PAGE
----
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With Mass Shootings on the Rise, Are You Prepared? – By David Trumble

Integrated Crisis Management Solutions

This already violent year now carries the ugly scars of two more mass shootings, this time in El Paso, Texas, and Dayton, Ohio, which killed more than 30 people and inflicted devastating wounds on dozens more. The shooter in each instance respected no place and no one. Their bullets ripped through victims of all ages, genders, races and origins.

The Gun Violence Archive, a nonprofit that tracks shootings in the U.S., defines a mass shooting event as “a single incident in which four or more people, not including the shooter, are shot and/or killed at the same general time and location.”  Since January, the organization has logged 275 deaths and 1,065 injuries as a result of mass shootings.

No place where people gather is immune: Not hotels, churches, schools, malls, restaurants, convention centers, hospitals or corporate offices. How can anyone safeguard themselves and loved ones? Survival begins with a heightened awareness of surroundings. In a building, that means knowing the location of at least two exits and places to take cover.

Employers always have been held responsible for the safety and well-being of employees and customers on their property. But the stakes rise higher when that responsibility begins to include preparing large groups of people for a mass shooting event to minimize casualties.   The best defense begins with an active shooter plan as part of an overall crisis management program. 

Effective crisis management begins at the top, with the full engagement of the senior leader, whether that be a corporate CEO or the property owner and extends to everyone with responsibility for managing teams and large groups of visitors, including general managers, meeting planners and even tour guides.

Their responsibilities include assessing risks throughout their organization, securing vulnerable areas inside their buildings and outside on their grounds and providing real-time protection utilizing people, technology and processes.

More and more organizations are stepping up to accept that responsibility by hiring highly experienced security experts to analyze risks and identify resources needed to protect employees and guests while they are on company property. They also are committing generous resources to develop a step-by-step crisis management plan and keeping it up to date.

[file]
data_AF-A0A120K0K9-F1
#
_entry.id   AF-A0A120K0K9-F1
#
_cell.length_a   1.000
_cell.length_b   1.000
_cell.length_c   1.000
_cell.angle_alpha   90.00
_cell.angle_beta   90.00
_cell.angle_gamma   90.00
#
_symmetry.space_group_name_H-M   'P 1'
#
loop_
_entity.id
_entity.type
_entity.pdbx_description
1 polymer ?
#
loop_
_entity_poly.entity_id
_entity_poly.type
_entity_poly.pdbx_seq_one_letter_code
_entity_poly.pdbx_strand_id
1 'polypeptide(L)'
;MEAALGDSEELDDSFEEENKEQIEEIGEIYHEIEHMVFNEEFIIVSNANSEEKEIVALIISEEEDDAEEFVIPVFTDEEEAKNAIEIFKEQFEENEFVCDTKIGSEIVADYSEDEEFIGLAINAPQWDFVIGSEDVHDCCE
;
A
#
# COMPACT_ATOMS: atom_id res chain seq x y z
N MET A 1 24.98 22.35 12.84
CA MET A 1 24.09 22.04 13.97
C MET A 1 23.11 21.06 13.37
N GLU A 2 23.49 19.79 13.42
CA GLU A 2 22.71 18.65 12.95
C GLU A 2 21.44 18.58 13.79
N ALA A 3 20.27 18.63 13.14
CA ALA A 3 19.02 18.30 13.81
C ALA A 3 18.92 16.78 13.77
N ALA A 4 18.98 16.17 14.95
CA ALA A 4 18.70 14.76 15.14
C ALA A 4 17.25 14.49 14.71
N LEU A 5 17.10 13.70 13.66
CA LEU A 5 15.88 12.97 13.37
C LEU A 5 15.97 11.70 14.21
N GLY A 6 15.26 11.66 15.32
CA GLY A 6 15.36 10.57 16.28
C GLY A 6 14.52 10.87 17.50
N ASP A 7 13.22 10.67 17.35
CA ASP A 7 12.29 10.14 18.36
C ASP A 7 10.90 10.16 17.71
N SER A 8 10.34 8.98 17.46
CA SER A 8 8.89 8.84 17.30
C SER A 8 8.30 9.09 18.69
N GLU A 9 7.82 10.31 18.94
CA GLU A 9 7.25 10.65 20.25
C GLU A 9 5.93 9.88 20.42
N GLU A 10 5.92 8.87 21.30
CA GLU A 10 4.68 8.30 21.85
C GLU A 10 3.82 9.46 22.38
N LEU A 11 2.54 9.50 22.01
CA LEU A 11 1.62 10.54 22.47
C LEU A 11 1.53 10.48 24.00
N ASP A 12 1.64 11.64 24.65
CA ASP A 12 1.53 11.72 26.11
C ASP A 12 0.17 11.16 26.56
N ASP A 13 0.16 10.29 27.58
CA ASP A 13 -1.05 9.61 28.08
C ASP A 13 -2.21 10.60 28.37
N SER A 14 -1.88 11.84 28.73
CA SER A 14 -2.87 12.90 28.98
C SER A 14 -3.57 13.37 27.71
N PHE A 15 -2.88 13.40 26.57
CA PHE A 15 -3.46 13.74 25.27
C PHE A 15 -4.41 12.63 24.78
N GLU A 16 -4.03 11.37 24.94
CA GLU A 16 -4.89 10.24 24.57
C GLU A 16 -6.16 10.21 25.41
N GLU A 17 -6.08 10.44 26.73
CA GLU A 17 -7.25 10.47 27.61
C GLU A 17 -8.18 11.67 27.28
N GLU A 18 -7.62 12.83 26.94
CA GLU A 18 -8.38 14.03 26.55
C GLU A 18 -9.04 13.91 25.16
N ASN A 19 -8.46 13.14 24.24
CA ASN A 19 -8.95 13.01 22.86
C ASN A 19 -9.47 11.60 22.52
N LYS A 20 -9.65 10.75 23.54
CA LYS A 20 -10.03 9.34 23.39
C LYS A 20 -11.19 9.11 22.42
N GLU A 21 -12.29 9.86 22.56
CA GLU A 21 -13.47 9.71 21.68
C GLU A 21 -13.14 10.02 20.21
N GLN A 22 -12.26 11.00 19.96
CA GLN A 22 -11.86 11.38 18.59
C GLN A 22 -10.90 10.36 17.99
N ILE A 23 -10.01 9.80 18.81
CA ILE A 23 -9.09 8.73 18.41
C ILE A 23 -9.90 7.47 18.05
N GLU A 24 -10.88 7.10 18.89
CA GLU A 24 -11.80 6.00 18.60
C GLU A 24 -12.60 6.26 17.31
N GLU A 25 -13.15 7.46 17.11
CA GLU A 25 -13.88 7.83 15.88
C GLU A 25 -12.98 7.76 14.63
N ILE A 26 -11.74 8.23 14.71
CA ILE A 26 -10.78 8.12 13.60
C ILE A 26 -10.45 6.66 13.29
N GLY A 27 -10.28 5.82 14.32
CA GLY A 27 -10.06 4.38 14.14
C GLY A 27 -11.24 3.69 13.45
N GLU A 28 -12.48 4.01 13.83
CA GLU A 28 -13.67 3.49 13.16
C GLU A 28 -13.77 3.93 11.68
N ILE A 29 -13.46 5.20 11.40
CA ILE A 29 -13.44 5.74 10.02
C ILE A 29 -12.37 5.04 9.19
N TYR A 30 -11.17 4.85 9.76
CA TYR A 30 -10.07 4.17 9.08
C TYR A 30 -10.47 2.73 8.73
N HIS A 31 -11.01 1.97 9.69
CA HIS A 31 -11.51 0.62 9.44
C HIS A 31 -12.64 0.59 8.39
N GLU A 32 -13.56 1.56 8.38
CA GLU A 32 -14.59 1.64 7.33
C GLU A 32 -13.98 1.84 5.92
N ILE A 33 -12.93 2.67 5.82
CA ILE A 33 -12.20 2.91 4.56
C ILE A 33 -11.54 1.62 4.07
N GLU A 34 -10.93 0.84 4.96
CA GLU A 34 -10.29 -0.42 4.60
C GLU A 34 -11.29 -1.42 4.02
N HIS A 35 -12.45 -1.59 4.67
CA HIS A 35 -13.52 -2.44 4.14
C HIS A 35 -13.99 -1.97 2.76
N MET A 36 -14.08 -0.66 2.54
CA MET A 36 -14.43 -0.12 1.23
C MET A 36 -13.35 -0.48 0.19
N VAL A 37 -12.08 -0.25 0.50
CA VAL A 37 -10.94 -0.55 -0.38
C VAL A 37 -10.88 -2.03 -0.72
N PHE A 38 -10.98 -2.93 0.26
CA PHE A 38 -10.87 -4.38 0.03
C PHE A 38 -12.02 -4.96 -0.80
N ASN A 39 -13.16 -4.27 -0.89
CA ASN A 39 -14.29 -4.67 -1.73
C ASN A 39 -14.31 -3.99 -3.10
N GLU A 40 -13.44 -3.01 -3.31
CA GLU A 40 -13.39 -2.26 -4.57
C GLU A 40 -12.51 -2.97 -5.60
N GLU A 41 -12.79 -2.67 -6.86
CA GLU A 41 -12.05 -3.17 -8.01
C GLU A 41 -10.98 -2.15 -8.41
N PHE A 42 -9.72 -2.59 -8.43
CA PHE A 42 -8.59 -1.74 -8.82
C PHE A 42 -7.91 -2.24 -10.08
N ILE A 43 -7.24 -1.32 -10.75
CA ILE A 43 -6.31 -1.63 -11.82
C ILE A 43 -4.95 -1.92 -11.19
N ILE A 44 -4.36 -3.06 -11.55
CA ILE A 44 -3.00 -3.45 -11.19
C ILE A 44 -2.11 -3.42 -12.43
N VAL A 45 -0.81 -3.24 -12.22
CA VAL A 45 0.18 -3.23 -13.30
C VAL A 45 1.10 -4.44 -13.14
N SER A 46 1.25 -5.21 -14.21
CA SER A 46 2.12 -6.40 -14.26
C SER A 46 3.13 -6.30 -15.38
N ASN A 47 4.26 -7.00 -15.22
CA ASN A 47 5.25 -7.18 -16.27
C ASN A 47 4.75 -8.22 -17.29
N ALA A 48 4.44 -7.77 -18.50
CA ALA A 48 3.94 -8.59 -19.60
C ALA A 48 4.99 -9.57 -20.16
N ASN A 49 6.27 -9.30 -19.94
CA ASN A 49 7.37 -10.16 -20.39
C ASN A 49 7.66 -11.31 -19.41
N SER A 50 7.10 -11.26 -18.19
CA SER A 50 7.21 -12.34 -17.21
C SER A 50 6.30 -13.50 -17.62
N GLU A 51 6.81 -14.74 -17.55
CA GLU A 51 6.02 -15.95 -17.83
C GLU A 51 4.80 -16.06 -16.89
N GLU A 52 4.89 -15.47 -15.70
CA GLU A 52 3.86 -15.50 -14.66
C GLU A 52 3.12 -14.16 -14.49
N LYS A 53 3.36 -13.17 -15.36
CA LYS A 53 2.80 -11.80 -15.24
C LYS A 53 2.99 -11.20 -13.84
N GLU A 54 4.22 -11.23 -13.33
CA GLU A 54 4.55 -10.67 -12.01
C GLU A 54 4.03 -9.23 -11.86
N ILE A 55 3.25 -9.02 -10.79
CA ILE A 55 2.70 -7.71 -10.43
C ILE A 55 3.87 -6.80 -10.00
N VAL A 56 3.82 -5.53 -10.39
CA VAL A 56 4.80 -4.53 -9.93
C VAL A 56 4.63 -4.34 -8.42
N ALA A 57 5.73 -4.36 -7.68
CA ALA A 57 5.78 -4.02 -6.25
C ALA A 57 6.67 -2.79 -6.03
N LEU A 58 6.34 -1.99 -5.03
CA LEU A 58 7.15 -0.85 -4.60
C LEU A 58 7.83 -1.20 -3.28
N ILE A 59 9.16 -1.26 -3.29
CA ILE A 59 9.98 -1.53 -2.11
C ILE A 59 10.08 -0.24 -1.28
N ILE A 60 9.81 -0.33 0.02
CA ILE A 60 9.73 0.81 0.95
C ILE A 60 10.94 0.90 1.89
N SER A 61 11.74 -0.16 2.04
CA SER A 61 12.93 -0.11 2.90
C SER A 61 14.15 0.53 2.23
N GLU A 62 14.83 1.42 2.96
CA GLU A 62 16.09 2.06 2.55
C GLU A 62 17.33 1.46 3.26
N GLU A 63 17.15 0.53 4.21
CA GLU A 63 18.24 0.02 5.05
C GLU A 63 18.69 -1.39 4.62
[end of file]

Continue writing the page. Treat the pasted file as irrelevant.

An important tactic is ensuring the flow of information, in real time and across a wide spectrum of channels, during a crisis. Organizations must plan in advance to develop systems to proactively disseminate information quickly and accurately, such as by text alerts to employees and customers, a hotline to law enforcement and web pages for the public and news media.

It is critical to include the new media and public in any crisis plan, because failure to fill the void of information during the heat of a crisis forfeits an organization’s opportunity to minimize the spread of misleading information, which can go viral in a matter of seconds and irreparably damage its reputation.

It’s equally important to manage any backlash in real time and across a wide spectrum of channels by correcting misinformation by engaging the public through social media, the organization’s website and news media.

Sadly, mass shooters continue to shake the world on almost a daily basis. An integrated crisis management plan should be considered an essential part of an organization’s daily operations. The plan needs to be widely disseminated, frequently updated and practiced with periodic drills involving property-level staff members designated to handle onsite emergencies as well as messaging to customers, the public and investors.

An effective plan for any organization or venue with a high concentration of people should include the following elements:

  1. Clearly defined protocols to anticipate, manage and mitigate mass shootings
  2. An up-to-date chain of command with emergency phone numbers
  3. A list of staff members trained to manage a crisis
  4. Training at all levels, both at the enterprise level and at each property
  5. Scheduled practice drills

Now is the time for property owners and executives to conduct thorough reviews of their crisis management and business continuity plans to anticipate the potential perils of controversial events and most importantly, establish protocols to mitigate the disruption of mass shootings and restore business as usual.

David Trumble is principal of Integrated Crisis Management Solutions, an organization composed of security operatives and communications professionals offering risk assessments, streamlined emergency protocols, management training, customer/media relations and recovery programs.


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